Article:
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Talking to some folks at St. Francis House

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The pie certainly looked good

The executive director there, Karen LaFrazia, and some of the other directors told me of the rising need for services for the homeless. It was disturbing to hear that the population using their services is up by over 100 percent over last year at the same time. Housing is a critical problem for our people. Many of our homeless people have jobs but are still unable to get housing. This is a very grave social problem that we all need to be concerned about and try seek solutions.

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Boston media accompanied me through the visit

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Leaving St. Francis House

After all the celebrations in Boston, I was very happy to be able to spend Christmas evening with about 60 members of my family. We had a big Christmas dinner at the home of one of my cousins. Christmas has always been an important day in the life of our family as it is in the lives of so many families.

I also wanted to mention that this Sunday is Holy Family Sunday, and the bishops have asked that in the prayer of the faithful all of the Catholics in Massachusetts lift up a prayer for families and the institution of marriage. Were praying that the Legislature will finally vote on the protection of marriage initiative at the Constitutional Convention on Jan. 2.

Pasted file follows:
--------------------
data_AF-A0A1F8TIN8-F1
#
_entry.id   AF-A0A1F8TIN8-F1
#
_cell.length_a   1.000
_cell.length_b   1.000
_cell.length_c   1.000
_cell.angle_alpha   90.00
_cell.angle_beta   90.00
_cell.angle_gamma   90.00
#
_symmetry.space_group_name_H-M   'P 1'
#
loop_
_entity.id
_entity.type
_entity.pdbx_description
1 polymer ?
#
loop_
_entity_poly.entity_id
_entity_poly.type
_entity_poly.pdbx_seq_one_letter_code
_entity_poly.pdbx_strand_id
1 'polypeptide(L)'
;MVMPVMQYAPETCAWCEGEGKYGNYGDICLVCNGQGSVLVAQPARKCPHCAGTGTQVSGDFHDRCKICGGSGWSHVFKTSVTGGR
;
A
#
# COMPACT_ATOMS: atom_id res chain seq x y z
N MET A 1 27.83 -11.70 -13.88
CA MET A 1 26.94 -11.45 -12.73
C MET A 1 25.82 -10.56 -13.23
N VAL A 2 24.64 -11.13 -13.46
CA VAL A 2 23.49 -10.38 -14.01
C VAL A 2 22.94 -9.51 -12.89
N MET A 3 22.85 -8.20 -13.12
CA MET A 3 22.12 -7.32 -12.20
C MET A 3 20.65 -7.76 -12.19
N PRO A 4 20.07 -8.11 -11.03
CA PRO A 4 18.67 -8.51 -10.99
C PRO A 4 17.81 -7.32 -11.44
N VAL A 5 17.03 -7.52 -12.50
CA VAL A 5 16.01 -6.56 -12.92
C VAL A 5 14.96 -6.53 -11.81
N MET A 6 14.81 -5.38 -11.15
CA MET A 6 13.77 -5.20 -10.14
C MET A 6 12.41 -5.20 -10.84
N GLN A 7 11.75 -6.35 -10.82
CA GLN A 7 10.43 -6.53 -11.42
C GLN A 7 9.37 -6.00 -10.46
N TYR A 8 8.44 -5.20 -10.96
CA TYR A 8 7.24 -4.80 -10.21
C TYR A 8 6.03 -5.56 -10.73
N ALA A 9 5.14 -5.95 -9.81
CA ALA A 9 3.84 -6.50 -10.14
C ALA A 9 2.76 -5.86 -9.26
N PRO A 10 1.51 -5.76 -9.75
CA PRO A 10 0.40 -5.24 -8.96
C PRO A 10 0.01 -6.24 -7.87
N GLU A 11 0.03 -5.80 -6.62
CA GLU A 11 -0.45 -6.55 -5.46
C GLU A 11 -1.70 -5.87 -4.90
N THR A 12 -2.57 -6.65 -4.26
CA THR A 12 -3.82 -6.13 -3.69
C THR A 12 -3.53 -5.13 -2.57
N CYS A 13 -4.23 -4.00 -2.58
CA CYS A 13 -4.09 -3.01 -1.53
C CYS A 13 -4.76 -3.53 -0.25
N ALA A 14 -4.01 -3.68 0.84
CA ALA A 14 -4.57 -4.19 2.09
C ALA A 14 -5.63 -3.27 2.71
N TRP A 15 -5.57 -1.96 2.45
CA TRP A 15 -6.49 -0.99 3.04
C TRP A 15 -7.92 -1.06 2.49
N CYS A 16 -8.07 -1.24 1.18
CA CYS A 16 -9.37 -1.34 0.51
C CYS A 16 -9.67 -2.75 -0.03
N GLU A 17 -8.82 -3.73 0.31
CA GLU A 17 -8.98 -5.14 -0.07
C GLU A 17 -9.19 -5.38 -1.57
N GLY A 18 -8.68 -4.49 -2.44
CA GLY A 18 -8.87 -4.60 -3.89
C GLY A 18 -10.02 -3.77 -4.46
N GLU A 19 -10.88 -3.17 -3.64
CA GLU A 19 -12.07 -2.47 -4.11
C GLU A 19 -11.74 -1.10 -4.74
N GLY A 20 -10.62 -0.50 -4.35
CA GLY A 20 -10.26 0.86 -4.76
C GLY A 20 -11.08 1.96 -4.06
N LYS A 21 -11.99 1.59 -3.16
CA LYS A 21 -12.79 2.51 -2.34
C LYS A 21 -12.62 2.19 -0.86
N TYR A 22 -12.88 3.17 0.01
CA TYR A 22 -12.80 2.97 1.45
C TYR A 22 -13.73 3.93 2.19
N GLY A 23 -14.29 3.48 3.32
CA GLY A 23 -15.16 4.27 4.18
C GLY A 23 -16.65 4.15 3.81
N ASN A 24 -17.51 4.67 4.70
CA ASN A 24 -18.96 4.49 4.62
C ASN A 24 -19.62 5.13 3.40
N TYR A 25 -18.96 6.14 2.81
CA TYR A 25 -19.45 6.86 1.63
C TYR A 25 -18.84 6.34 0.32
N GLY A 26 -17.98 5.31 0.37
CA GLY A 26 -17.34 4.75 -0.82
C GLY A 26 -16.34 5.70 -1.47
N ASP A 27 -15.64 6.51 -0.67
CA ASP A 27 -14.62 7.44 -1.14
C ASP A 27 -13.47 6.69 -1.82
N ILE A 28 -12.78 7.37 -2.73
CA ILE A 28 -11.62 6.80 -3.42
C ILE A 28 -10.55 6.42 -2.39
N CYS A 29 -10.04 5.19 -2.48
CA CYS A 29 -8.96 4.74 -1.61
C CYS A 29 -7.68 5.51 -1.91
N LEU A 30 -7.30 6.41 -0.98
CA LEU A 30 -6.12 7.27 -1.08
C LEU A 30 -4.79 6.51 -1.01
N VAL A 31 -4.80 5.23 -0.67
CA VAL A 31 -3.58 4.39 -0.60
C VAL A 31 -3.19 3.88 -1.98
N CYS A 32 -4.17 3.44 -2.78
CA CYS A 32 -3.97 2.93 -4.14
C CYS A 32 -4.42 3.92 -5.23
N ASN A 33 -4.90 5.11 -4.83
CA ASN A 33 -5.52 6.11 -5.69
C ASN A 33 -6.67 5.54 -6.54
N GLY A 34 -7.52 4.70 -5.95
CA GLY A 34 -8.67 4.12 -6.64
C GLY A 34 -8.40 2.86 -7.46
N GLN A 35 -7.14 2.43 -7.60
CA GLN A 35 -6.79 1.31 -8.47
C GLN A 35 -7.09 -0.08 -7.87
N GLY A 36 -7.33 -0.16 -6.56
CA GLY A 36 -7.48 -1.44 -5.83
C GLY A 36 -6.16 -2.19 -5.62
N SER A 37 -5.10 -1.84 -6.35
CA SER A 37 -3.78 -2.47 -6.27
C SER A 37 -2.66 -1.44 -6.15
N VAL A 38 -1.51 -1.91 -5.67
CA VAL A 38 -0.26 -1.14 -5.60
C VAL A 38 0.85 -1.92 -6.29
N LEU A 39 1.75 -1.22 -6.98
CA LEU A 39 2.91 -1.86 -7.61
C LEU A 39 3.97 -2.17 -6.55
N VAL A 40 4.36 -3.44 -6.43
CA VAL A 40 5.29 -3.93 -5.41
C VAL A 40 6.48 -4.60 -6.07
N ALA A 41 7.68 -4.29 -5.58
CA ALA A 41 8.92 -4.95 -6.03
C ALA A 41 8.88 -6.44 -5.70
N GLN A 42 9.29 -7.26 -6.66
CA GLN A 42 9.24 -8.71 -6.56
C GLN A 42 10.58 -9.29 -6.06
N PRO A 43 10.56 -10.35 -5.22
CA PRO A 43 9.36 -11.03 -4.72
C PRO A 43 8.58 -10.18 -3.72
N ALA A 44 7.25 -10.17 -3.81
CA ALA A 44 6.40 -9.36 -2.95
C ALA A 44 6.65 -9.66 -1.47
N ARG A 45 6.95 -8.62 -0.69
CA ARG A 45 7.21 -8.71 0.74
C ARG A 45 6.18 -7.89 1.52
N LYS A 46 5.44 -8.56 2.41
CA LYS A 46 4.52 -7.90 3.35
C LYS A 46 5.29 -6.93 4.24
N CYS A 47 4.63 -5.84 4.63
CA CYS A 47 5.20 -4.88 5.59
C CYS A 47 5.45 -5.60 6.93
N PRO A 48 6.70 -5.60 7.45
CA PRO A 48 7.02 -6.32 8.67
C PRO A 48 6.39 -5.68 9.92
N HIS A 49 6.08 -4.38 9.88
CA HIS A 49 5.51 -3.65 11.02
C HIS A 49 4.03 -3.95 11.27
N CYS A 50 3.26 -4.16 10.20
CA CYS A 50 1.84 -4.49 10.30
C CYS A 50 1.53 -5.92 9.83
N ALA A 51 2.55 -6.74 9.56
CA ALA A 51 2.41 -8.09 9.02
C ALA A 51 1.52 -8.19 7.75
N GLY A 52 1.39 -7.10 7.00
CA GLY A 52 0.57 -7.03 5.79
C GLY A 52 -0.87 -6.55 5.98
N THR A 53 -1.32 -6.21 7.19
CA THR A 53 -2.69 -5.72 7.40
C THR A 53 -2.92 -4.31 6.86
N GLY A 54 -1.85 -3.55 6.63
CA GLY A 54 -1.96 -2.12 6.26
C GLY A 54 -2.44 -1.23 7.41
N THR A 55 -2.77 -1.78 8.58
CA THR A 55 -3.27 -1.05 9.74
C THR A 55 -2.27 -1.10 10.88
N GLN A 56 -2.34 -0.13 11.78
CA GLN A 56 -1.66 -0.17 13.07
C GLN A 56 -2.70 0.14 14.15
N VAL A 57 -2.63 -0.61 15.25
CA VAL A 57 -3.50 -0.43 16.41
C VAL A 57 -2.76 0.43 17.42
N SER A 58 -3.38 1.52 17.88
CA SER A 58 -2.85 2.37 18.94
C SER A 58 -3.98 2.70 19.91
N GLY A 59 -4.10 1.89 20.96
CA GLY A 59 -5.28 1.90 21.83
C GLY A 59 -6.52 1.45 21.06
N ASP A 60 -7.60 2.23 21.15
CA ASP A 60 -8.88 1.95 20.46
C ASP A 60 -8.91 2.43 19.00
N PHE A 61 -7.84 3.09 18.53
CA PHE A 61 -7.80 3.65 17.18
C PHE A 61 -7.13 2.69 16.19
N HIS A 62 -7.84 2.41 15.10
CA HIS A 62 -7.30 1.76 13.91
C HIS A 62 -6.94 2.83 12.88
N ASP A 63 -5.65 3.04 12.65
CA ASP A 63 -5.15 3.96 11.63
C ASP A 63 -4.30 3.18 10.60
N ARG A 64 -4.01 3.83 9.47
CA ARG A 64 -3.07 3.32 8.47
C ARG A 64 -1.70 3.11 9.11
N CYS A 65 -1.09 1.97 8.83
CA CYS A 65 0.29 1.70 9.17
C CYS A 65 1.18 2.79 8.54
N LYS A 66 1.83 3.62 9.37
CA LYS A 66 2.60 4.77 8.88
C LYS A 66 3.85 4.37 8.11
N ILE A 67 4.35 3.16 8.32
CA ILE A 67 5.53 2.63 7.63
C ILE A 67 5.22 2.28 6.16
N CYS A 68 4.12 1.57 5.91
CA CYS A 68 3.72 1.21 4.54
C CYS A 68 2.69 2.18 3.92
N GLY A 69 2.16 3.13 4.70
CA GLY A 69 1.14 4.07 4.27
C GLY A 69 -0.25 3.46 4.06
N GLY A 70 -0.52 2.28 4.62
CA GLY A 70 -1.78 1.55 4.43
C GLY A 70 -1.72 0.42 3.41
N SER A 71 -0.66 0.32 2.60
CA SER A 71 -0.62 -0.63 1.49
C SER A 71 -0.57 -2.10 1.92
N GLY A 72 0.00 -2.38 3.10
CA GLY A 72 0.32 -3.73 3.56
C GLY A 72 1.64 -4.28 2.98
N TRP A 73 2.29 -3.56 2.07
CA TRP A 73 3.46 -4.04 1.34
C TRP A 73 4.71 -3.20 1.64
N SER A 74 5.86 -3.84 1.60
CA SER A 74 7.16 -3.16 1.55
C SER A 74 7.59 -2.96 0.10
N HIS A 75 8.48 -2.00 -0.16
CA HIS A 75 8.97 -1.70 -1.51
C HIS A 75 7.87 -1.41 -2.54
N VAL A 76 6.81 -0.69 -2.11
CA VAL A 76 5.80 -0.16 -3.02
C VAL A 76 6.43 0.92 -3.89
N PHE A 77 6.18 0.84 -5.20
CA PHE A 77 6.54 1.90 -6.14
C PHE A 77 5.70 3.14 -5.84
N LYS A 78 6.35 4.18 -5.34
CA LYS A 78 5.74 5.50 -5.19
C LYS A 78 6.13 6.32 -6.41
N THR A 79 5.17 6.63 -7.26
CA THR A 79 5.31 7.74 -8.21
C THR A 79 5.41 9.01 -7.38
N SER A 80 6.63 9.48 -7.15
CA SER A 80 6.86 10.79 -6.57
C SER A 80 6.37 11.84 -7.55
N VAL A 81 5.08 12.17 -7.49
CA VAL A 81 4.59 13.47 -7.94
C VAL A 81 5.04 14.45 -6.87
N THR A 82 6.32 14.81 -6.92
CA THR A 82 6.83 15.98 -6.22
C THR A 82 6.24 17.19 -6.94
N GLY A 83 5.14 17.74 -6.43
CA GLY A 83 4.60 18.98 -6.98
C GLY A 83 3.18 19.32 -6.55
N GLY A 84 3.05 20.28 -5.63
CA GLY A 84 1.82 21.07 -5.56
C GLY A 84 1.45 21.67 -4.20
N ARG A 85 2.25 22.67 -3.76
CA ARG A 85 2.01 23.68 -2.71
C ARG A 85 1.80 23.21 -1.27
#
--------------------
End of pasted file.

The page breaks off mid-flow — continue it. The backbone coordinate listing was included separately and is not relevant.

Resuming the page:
This is the recommended text of the prayer sent to all pastors of the four dioceses in Massachusetts:

We pray for Gods blessing on all families and on family life. We pray God will bless our state legislators with courage and conviction on Tuesday as they consider whether or not to bring the Marriage Amendment to the people by way of a ballot vote. We pray to the Lord.

We hope that people will understand that the Churchs sincere interest is in protecting family life and the institution of marriage. Marriage has already been undermined by easy divorce and cohabitation. This year the number of married households in the United States was the lowest percentage in our history. People say, Oh, the sky hasnt fallen in because of redefinition of marriage. But the sky has fallen in for children and for families. This is our great concern. We hope that people will not believe that in any way is the Church against homosexual persons or supporting those who promote discrimination. It is wrong to diminish in any way the dignity of any member of our community. Instead, we must protect the important institution of marriage because so much is at stake.

I hope you are all enjoying the Christmas season with your families as I have, and I look forward to writing you next week.

Yours in Christ,

Cardinal Sen